Senate body summons recovered ‘missing persons’ for in-camera briefing | Pakistan Today

Senate body summons recovered ‘missing persons’ for in-camera briefing

–Senator Babar demands new effective commission 

ISLAMABAD: The Senate Standing Committee on Human Rights on Thursday decided to summon recovered missing persons for an in-camera session and ask them who they had been picked up by.

The committee also decided that once the victims recorded their statements, representatives of Inter-Services Intelligence (ISI), Military Intelligence (MI) and Intelligence Bureau (IB) would be called in before the committee.

Briefing the committee during Thursday’s session, the Balochistan’s additional interior secretary said that there are currently 136 people missing in the province.

The secretary said that 120 people on the list have criminal records.

He said that bodies of 27 people had been found, while 104 people had been recovered, adding that attempts were made to gather information from those who had returned home but they had not been willing to give their statements. He added that some of the names on the list of missing persons were incorrect and therefore, had been removed by the head of the Commission on Enforced Disappearances.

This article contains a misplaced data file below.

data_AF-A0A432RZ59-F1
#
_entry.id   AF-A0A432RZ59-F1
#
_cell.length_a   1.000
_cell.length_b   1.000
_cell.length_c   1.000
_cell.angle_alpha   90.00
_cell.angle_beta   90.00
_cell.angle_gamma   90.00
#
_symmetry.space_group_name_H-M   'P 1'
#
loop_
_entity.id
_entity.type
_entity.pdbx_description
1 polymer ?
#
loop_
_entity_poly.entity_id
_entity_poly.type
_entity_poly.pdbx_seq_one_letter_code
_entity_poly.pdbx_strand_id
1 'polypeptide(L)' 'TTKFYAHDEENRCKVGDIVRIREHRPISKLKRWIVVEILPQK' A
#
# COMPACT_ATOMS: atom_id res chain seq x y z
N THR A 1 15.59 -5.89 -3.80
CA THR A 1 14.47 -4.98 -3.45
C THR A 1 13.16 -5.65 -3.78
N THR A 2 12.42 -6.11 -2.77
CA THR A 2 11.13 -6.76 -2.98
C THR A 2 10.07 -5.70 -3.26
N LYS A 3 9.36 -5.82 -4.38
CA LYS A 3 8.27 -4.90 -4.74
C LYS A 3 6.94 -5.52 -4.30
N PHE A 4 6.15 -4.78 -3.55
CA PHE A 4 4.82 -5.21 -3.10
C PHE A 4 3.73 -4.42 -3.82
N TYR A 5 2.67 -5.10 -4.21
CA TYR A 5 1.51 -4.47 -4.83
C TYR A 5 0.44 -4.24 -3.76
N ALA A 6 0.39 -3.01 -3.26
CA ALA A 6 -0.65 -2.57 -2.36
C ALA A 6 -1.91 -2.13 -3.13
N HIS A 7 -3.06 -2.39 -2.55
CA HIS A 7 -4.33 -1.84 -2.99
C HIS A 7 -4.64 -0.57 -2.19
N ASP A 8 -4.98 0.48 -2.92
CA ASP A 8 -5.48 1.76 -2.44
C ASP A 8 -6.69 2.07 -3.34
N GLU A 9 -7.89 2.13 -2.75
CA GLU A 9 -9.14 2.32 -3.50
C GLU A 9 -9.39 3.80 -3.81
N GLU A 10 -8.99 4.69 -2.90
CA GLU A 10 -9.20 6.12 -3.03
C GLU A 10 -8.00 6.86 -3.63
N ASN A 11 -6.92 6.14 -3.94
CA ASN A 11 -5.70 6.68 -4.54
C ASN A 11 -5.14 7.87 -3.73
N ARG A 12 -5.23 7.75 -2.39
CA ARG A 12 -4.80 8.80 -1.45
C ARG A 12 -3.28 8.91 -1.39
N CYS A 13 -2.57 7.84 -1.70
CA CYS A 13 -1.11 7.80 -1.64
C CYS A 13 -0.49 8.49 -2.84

“We do not know who is behind the enforced disappearances,” the secretary said. “In one or two cases the relatives of the missing persons have blamed the agencies.”

Senator Nasreen Jalil, who was presiding over the committee’s session, said that recovered missing persons would be called in and asked who picked them up. She said the committee could then call members of agencies and present the facts before them, and tell them that “this matter must end now”.

Senator Farhatullah Babar said: “We all know who is picking them up but we don’t make that information public.”

Senator Jehanzeb Jamaldini demanded that the ISI, MI and IB be summoned in relation to the matter of enforced disappearances.

“Whoever is picking up these people is stronger than the state institutions,” Senator Babar said, demanding that the commission be dissolved and replaced with a new one.

“This matter is bringing disrepute to the country,” the committee noted.

According to the Enquiry Commission on Enforced Disappearances, 728 Pakistanis were added to the missing persons’ list in 2016, the highest number in at least six years, bringing the total to 1,219.

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